In an article titled North Korean Nukes, South Korea, Japan, China and Obama, posted the day after North Korea’s most recent nuke test, September 9th, I contended that China would not honor Obama’s request to make North Korea stop developing and testing nukes. China has remained a faithful ally of North Korea since the end stage of the Korean Conflict and “sees Obama, not as the representative of the world’s greatest power, but as a joke. He has no clout internationally and is a national embarrassment.” NB: I had hoped to publish this article more than a week ago, but my internet was down or at best intermittent from September 13th until September 19th.)
I was right, but it’s a bit worse than I had thought.
On September 12th, an article was published by Xinhua titled China urges U.S. to take responsibility on Korean Peninsula nuclear issue. Xinhua is
the official press agency of the People’s Republic of China. Xinhua is the biggest and most influential media organization in China. Xinhua is a ministry-level institution subordinate to the Chinese central government. Its president is a member of theCentral Committee of China’s Communist Party.
According to Xinhua,
U.S. Defence Secretary Ashton Carter reportedly called for further pressure on the DPRK last Friday after the country carried out a new nuclear test and said China bears “responsibility” for tackling the problem. [Emphasis added.]
The essence of the Korean Peninsula nuclear issue is the conflict between the DPRK and the United States, spokesperson Hua Chunying said at a press conference. [Emphasis added.]
As a permanent member of the UN Security Council and a close neighbor of the DPRK, China has made unremitting efforts to maintain peace and stability on the Korean Peninsula and safeguard the international nuclear non-proliferation regime, Hua said.
A statement released by the Foreign Ministry of the DPRK Sunday said the United States compelled the DPRK to develop nuclear warheads, and the nuclear threat it has constantly posed to the DPRK for decades is the engine that has pushed the DPRK to this point. [Emphasis added.]
Blindly increasing the pressure and the resulting bounce-back will only make the nuclear issue on the Korean Peninsula “a firm knot,” Hua said, calling for responsibility from all relevant parties.
Hua reiterated that China will remain committed to resolving issues concerning the Peninsula through dialogue to realize long-term peace and stability.
China strongly urges all parties to speak and act cautiously with the larger picture in mind, avoid provoking each other and make genuine efforts to achieve denuclearization, peace and stability on the Korean Peninsula, Hua said.
. . . .
“We have seen the twists and turns in the situation on the Korean Peninsula since the six-party talks have stalled,” Hua said, noting that it proves that simple sanctions cannot solve the issue. [Emphasis added.]
Hua said the security concerns of parties on the Korean Peninsula must and can only be resolved in a way that serves the interests of all parties.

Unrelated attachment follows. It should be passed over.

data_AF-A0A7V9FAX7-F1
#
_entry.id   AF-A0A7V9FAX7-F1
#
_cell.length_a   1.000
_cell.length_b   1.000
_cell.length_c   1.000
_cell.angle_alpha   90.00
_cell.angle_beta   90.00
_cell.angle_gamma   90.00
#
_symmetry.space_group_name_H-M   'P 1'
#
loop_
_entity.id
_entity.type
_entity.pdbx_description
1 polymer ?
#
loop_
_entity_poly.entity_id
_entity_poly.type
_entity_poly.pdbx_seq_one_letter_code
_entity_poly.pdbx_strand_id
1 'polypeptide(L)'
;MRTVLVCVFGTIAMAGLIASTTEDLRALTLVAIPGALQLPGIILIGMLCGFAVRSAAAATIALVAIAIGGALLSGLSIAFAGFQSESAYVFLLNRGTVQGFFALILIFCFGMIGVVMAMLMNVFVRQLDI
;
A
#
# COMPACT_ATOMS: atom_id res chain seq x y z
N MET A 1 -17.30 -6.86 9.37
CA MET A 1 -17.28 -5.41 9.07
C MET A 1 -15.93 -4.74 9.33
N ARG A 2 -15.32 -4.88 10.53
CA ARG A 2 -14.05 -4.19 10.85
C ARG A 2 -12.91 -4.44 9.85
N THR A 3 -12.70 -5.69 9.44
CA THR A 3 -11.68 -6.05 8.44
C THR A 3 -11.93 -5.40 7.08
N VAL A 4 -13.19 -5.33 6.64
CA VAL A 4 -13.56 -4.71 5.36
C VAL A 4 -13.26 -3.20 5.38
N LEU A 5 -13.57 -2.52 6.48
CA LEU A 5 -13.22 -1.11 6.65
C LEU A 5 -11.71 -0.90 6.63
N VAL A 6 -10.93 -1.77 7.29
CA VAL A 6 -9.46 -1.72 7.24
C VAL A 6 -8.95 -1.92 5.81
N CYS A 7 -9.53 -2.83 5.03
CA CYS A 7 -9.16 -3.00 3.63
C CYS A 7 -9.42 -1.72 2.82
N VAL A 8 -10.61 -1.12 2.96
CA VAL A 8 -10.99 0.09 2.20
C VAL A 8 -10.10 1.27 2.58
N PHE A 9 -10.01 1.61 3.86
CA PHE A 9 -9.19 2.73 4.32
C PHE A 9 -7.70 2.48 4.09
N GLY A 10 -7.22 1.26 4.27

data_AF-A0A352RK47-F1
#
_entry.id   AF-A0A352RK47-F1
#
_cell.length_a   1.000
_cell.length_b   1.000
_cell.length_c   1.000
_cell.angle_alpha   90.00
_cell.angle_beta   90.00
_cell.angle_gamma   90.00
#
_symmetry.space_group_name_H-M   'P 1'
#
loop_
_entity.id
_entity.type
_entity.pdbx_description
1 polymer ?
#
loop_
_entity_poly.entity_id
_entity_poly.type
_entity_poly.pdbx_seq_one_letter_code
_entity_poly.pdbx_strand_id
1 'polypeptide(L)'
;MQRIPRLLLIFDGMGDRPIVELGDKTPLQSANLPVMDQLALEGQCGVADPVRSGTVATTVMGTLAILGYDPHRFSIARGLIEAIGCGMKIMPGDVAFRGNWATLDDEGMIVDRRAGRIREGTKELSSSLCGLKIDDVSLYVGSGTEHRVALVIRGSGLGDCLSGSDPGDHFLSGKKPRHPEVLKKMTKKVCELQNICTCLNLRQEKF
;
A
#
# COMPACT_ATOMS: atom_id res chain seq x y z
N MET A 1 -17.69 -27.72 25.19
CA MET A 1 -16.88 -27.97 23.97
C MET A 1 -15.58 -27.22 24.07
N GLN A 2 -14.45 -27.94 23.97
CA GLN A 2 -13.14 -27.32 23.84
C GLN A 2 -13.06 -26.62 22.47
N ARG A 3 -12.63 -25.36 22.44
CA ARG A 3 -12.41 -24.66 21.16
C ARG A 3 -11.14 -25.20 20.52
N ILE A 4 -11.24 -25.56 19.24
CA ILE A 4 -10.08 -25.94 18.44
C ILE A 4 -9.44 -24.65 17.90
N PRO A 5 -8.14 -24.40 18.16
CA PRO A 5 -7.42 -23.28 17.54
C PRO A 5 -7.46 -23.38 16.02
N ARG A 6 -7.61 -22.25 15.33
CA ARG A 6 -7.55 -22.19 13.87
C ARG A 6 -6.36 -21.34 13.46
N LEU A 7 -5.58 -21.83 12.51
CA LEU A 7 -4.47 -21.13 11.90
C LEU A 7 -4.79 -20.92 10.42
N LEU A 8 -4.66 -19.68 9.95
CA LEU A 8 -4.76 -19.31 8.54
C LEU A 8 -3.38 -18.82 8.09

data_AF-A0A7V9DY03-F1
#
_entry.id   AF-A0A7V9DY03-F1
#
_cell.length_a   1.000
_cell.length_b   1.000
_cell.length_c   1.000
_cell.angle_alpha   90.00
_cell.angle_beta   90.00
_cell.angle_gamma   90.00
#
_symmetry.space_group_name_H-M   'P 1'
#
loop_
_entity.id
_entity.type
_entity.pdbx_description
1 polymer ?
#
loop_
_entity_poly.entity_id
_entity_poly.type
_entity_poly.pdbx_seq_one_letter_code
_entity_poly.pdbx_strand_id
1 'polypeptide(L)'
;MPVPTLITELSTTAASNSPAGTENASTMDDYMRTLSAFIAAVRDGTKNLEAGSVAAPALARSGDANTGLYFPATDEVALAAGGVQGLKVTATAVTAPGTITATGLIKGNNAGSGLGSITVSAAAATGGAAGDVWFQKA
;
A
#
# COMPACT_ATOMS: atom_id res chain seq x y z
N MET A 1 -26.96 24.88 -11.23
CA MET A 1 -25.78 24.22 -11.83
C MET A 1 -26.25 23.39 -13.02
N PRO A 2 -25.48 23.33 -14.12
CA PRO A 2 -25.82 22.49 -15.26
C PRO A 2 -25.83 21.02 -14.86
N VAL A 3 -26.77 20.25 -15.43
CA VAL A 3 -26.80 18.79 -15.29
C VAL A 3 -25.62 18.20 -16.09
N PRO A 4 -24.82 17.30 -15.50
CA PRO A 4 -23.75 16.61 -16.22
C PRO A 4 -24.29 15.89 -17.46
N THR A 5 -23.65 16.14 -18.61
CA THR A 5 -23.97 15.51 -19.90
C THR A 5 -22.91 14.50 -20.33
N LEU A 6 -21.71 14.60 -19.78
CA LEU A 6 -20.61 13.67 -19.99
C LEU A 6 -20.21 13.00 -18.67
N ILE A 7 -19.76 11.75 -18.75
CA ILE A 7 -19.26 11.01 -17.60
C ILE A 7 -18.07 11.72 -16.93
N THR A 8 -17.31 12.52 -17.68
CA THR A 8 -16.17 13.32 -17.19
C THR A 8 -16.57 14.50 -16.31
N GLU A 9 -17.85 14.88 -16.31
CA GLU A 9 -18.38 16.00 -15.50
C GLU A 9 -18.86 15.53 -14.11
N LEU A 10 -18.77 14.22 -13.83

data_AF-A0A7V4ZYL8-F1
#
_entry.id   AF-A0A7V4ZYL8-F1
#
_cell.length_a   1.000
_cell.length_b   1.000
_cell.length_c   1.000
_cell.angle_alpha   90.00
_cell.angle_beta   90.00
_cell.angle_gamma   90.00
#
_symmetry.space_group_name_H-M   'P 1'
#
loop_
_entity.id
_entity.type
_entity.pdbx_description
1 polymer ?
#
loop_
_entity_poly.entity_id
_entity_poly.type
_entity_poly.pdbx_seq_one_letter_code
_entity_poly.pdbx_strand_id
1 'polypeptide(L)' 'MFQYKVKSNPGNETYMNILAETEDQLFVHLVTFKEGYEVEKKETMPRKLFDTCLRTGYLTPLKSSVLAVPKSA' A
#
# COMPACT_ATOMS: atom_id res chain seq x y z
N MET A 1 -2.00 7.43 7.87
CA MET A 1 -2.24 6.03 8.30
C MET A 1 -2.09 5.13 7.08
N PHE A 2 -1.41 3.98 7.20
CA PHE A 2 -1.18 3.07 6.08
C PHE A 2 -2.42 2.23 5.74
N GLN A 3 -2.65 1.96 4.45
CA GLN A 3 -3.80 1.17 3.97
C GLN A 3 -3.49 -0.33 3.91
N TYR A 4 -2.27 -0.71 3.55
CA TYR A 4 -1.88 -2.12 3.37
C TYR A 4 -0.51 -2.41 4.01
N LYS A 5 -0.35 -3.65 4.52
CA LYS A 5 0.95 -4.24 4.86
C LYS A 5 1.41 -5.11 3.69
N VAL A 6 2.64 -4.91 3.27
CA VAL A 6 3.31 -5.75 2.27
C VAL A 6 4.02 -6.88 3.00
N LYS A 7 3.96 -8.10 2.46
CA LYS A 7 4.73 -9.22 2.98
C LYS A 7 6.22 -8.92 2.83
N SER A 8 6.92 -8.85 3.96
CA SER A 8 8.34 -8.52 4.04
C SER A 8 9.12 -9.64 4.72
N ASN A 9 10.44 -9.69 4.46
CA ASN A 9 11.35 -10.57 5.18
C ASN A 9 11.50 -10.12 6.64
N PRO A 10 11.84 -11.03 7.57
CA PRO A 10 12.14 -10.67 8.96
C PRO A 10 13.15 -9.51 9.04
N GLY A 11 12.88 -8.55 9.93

Any unilateral action based on one’s self-interest will lead to a dead end, and it will not help resolve one’s security concerns but will only aggravate the tension, complicate the issue, and make it more difficult to achieve relevant goals, Hua said. [Emphasis added.]
The six-party talks, involving China, the DPRK, the United States, the Republic of Korea (ROK), Russia and Japan, were a multilateral mechanism aimed at solving the Korean Peninusla nuclear issue. The talks began in 2003 and stalled in December 2008. The DPRK quit the talks in April 2009.
“Resuming the six-party talks is difficult, but we cannot give up easily ,” Hua said.
China will continue to keep close communication with relevant parties and call on them to return to the right track of solving issues related to the Korean Peninsula through dialogue and negotiation, the spokesperson said.
China clearly appears to be following the line of Kim Jong-un on why North Korea needs nukes:
The Obama administration cannot engage in successful negotiations with North Korea, for several reasons. They are, in no particular order: Obama will be gone in about four months; Kerry is Obama’s Secretary of State; The Obama-Clinton-Kerry Iran Scam gave the Islamic Republic everything it sought and, at best, left Iran on the highway to nukes. North Korea and Iran are different in at least one major respect: Iran claimed that it did not have nukes and had not tried to develop them; Supreme Leader Khamenei was claimed to have issued a fatwa against the acquisition, development and use of nukes — despite propaganda videos showing how Iran will use nukes against the “great and little Satan.” North Korea has and has tested five nukes. Kim brags about them and threatens to use them.
The nuke threat
38 North is a think tank largely devoted to obtaining and publishing reliable information about North Korea’s nuke and missile programs. An article there by Siegfried S. Hecker, published on September 12th, concludes:
What are the greatest threats from the rapidly expanding North Korean nuclear program? Left unchecked, Pyongyang will likely develop the capability to reach the continental United States with a nuclear tipped missile in a decade or so. Much more troubling for now is that its recent nuclear and missile successes may give Pyongyang a false sense of confidence and dramatically change regional security dynamics. The likely ability of the DPRK to put nuclear weapons on target anywhere in South Korea and Japan and even on some US assets in the Pacific greatly complicates the regional military picture. That situation would be exacerbated if Pyongyang decides to field tactical nuclear weapons as its arsenal expands and its confidence in its nuclear arsenal grows.